Hayward reminisced about previous opportunities he’s had to play for his country, including his standout stint in 2009 with the gold-winning U-19 squad in New Zealand. (Favors was invited to play for Basketball USA in high school, but had to withdraw due to a family situation.)
“It’s a great experience,” Hayward said. “Any time you come here and you get to put 'USA' on your chest and compete against the best, play under the best coaches, you’ve got to soak it all up.”
Hayward and Favors are trying to continue making a favorable impression on USA Basketball managing director Jerry Colangelo and head coach Mike Krzyzewski this week. The Jazz players are among 28 young up-and-coming Americans — Paul George, Kyrie Irving, Damian Lillard and John Wall are among the group's elite — who could earn spots on national teams, including for the 2014 FIBA Basketball World Cup and the 2016 Rio Olympics.
Both Jazz players share a common desire to be Team USA teammates in the future.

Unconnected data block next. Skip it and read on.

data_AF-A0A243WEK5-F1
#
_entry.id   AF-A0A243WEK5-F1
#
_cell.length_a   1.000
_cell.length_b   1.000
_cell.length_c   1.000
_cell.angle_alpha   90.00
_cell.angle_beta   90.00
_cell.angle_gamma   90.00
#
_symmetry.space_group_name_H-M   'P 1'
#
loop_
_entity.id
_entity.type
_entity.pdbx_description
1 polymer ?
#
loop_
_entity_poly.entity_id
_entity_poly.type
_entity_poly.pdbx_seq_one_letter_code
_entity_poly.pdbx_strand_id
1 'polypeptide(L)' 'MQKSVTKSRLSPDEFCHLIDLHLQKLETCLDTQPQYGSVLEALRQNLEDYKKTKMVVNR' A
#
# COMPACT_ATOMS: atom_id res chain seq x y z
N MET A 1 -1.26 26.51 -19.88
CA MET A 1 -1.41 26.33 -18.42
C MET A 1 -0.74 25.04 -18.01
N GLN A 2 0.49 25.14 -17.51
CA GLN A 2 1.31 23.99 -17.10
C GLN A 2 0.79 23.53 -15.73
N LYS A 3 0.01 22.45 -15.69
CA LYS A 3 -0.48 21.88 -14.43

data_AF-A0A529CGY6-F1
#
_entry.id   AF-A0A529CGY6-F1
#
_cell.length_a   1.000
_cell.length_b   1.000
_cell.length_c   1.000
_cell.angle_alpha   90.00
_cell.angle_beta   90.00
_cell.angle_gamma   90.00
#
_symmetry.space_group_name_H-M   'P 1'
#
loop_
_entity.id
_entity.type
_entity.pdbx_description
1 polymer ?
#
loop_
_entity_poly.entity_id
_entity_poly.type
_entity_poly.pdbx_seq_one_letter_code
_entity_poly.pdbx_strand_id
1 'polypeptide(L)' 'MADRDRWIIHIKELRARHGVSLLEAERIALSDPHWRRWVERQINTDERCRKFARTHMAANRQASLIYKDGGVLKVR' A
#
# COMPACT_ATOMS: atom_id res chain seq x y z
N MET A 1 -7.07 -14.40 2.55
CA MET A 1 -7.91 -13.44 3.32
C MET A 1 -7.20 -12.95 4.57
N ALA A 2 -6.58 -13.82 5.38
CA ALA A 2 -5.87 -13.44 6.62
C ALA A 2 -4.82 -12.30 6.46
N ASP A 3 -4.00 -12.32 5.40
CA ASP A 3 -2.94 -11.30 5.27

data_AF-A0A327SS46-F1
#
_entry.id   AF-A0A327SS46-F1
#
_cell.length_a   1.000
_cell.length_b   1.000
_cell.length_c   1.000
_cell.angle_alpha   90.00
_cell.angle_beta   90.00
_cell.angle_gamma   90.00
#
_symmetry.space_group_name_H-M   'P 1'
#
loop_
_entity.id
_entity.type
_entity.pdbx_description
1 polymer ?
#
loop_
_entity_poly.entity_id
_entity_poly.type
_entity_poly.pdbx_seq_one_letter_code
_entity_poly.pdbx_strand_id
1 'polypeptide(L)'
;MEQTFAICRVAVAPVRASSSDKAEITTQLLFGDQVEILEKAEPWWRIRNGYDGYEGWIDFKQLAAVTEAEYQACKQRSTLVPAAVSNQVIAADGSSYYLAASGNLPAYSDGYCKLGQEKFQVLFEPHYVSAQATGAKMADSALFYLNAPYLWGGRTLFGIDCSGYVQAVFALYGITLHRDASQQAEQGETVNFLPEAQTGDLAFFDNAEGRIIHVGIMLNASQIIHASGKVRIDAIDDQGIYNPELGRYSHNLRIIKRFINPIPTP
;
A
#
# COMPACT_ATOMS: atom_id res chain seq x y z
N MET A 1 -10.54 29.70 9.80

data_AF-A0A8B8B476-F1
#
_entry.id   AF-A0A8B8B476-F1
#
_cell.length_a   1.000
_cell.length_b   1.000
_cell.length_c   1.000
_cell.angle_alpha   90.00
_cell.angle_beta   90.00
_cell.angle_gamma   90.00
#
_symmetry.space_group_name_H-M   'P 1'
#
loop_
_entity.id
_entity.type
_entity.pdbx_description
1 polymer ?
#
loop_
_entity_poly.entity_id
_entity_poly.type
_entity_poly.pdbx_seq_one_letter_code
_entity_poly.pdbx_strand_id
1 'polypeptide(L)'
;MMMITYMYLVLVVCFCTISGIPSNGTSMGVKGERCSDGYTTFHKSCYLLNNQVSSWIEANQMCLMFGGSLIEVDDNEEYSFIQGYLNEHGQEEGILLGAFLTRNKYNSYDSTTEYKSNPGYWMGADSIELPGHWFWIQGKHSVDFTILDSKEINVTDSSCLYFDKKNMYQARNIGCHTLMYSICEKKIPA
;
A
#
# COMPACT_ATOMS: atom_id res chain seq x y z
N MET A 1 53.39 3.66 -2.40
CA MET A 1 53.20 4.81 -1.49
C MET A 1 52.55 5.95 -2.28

“I’m just out here playing, trying to compete, trying to earn me a spot on the team,” said Favors, who had one strong move to the hoop for a layup in the short scrimmage. “I’m just trying to do anything, whether it’s defense or rebounding, talking on defense, blocking shots, running the court — just anything to separate myself, something to catch their eye.”
Hayward said he’s using this week — the mini-camp ends with a public scrimmage Thursday at the Thomas & Mack Center — as another “learning experience.” The 6-8 small forward’s hustle on defense caused a few turnovers in the final scrimmage. He also joked that Favors got away with a foul on him.
“You just come out here and compete,” Hayward said. “That’s all they ask you to do — play hard, play the right way. You don’t need to put on a scoring clinic or anything, just go out and do the right thing.”
Do that enough times, and you might get lucky enough to play alongside LeBron James, Chris Paul & Co. with a gold medal on the line.
“You’re put into these environments to show you can play and to show you belong, to get a tryout to make the team,” Hayward said. “I’ve been lucky enough to play for one of the youth teams, and there’s nothing like it. Playing in high school and college and in the NBA, there’s nothing like playing for your country.”
One thing that might top that?
Playing for your country with a trusted teammate.
“I think we’ve both come a long way,” Hayward said of himself and Favors. “We still have a lot more work to do, but I wouldn’t have any other big guy than Fav-O with me.”